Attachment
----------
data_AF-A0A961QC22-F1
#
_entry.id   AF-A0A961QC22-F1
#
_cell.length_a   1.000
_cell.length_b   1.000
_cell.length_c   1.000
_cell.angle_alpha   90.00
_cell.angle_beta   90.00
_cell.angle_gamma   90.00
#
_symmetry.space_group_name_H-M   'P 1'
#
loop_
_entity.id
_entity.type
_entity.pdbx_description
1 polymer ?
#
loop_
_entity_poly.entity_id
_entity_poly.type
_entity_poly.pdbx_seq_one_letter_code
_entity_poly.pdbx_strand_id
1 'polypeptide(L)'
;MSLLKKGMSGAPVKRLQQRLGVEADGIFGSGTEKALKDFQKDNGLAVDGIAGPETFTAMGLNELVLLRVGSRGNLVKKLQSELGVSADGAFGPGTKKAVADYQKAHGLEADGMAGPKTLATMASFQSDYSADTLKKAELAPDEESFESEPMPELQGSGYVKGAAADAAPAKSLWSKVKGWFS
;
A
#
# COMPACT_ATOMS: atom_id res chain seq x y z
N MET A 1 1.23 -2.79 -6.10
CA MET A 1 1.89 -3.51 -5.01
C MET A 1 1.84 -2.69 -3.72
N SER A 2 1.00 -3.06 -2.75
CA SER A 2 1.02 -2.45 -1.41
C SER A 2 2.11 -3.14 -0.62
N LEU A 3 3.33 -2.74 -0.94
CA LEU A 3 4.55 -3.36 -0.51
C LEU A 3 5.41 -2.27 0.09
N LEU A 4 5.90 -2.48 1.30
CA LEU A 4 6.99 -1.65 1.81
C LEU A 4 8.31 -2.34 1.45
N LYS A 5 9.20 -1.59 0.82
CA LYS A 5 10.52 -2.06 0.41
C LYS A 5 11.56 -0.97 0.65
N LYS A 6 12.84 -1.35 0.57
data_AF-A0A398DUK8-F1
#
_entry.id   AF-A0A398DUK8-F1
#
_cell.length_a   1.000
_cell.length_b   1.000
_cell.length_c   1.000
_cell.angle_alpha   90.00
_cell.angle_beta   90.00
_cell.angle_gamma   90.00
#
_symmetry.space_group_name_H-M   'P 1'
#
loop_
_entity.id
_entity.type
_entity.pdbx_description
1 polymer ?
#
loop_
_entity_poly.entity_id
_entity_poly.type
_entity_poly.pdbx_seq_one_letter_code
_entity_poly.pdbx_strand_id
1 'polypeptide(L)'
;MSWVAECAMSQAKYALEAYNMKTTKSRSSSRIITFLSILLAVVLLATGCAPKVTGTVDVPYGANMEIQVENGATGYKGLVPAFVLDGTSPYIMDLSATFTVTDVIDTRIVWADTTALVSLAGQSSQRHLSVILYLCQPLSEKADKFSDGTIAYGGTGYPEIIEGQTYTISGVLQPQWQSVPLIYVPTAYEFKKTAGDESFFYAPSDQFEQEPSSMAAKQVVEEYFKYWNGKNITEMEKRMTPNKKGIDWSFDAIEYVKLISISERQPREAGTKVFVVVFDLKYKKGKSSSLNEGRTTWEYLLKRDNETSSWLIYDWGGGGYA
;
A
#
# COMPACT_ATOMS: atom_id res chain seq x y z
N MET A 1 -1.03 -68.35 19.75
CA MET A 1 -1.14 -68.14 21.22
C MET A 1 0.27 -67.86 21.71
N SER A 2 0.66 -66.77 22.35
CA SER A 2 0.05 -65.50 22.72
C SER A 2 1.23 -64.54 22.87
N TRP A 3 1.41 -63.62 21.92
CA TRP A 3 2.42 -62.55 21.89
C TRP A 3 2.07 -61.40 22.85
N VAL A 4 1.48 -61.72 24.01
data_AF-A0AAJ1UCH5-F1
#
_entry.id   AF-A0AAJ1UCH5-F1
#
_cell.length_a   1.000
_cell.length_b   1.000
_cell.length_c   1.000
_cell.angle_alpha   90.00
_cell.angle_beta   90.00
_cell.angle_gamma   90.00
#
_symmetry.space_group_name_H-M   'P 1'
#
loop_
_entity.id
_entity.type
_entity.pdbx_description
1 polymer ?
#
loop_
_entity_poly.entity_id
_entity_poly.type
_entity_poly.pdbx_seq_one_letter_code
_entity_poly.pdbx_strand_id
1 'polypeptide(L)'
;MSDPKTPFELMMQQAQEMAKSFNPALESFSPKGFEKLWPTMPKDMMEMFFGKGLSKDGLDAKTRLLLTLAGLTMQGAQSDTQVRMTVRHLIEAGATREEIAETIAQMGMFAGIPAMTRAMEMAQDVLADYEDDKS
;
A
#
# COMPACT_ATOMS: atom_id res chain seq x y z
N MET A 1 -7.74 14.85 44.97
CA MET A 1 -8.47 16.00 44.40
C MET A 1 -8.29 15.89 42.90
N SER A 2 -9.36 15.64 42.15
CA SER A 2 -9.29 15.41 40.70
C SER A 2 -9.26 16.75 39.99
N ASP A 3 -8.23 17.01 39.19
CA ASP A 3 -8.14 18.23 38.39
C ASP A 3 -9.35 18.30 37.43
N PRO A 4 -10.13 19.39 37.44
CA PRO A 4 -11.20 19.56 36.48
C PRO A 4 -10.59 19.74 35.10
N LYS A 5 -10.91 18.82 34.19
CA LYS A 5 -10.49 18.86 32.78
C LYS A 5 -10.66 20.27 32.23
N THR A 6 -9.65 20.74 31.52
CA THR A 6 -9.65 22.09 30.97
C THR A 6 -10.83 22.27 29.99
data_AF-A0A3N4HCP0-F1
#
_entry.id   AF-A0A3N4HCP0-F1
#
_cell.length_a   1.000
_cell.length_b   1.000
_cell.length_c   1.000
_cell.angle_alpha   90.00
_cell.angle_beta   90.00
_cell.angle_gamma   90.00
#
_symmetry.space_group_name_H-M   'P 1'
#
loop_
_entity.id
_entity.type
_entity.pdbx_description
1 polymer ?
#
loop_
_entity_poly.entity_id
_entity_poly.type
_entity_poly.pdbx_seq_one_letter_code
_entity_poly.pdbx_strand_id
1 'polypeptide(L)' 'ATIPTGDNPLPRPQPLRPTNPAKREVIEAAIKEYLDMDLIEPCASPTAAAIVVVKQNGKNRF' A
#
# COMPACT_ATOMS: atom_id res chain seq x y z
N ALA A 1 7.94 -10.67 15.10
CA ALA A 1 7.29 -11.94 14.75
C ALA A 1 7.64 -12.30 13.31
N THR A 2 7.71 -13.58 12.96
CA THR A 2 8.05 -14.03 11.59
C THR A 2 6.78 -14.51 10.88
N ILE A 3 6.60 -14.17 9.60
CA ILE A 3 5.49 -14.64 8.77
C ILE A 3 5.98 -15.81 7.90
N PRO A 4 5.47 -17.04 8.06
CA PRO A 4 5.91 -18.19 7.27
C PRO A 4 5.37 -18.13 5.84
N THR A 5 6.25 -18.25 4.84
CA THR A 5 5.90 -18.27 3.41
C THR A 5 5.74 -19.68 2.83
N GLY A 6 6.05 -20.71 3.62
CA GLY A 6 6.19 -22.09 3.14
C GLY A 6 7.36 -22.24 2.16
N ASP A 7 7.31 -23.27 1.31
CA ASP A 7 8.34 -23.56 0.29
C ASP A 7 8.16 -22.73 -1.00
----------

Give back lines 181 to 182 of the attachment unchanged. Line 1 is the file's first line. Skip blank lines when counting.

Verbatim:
CA ASP A 7 8.34 -23.56 0.29
C ASP A 7 8.16 -22.73 -1.00